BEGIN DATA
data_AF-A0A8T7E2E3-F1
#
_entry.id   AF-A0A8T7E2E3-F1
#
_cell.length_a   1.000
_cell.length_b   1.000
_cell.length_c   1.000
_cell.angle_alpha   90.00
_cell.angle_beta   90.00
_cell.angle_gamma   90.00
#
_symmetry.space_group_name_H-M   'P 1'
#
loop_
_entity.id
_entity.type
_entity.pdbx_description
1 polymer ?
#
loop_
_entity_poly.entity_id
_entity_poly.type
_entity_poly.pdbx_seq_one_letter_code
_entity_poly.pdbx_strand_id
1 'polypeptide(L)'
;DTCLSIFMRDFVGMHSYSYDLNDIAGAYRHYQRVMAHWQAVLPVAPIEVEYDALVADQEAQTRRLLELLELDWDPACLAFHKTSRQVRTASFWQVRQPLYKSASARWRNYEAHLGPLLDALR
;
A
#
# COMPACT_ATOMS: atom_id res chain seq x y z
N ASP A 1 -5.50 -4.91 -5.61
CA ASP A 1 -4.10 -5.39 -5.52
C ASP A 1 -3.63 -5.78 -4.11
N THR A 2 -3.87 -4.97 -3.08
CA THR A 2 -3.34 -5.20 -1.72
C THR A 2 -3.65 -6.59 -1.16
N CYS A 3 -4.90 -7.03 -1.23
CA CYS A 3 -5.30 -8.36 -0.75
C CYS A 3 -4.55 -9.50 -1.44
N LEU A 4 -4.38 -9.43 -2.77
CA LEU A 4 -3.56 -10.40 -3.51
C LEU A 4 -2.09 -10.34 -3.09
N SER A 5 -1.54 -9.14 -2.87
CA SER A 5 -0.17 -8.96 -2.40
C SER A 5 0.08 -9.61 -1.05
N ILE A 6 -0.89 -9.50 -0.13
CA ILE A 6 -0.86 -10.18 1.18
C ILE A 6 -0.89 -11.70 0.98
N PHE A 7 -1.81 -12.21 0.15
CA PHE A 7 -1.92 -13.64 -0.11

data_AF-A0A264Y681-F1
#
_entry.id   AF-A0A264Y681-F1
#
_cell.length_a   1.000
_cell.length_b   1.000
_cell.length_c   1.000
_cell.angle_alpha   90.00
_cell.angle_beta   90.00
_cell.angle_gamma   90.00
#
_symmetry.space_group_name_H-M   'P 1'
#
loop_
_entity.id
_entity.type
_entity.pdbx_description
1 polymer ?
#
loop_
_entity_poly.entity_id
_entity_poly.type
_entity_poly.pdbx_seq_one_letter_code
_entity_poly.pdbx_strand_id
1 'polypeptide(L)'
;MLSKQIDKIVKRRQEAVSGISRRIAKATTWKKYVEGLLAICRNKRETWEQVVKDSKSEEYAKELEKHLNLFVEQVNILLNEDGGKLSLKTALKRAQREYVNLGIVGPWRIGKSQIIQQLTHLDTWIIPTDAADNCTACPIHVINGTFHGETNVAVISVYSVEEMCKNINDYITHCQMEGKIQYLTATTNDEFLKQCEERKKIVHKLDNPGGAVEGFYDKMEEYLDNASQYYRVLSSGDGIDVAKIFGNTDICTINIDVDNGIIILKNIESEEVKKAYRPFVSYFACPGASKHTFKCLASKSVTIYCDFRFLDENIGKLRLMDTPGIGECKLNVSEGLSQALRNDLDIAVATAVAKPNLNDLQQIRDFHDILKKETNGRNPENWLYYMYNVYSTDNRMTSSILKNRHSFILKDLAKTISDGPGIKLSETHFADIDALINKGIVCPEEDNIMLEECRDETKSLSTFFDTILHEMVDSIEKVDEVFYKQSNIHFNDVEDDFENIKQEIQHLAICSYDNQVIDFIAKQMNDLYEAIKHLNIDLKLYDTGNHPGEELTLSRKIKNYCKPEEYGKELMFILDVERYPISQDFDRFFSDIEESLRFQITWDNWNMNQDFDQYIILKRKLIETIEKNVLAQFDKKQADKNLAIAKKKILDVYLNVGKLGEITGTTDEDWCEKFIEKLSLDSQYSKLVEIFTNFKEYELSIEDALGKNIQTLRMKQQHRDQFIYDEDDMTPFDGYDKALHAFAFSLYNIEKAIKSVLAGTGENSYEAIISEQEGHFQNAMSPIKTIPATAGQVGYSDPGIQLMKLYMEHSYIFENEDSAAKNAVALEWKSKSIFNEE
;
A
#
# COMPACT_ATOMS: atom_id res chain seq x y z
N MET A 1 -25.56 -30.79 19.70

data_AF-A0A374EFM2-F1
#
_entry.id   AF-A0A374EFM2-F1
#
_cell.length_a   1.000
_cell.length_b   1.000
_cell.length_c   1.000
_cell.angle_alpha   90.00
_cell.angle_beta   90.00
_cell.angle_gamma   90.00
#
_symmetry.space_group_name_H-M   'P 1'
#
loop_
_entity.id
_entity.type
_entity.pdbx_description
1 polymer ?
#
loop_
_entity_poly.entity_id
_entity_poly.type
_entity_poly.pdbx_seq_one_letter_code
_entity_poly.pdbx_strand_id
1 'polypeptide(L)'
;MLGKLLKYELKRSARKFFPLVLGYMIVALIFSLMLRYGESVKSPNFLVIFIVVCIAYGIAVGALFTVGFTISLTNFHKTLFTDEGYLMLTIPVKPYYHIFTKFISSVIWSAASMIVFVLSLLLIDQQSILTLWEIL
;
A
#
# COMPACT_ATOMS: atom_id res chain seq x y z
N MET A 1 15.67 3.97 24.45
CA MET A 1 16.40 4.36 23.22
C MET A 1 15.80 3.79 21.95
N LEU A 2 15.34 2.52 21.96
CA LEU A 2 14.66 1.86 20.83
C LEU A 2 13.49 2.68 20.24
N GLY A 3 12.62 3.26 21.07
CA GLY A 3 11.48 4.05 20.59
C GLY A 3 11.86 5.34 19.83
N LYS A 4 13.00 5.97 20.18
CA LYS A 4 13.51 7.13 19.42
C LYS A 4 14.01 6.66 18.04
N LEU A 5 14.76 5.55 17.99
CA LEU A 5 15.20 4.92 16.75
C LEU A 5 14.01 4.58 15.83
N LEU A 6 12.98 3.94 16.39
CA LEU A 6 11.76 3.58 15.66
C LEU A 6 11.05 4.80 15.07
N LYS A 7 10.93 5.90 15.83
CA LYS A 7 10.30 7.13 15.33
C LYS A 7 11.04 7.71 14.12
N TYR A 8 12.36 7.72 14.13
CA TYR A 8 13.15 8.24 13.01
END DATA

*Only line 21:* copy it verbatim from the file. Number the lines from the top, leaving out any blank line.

_entity_poly.entity_id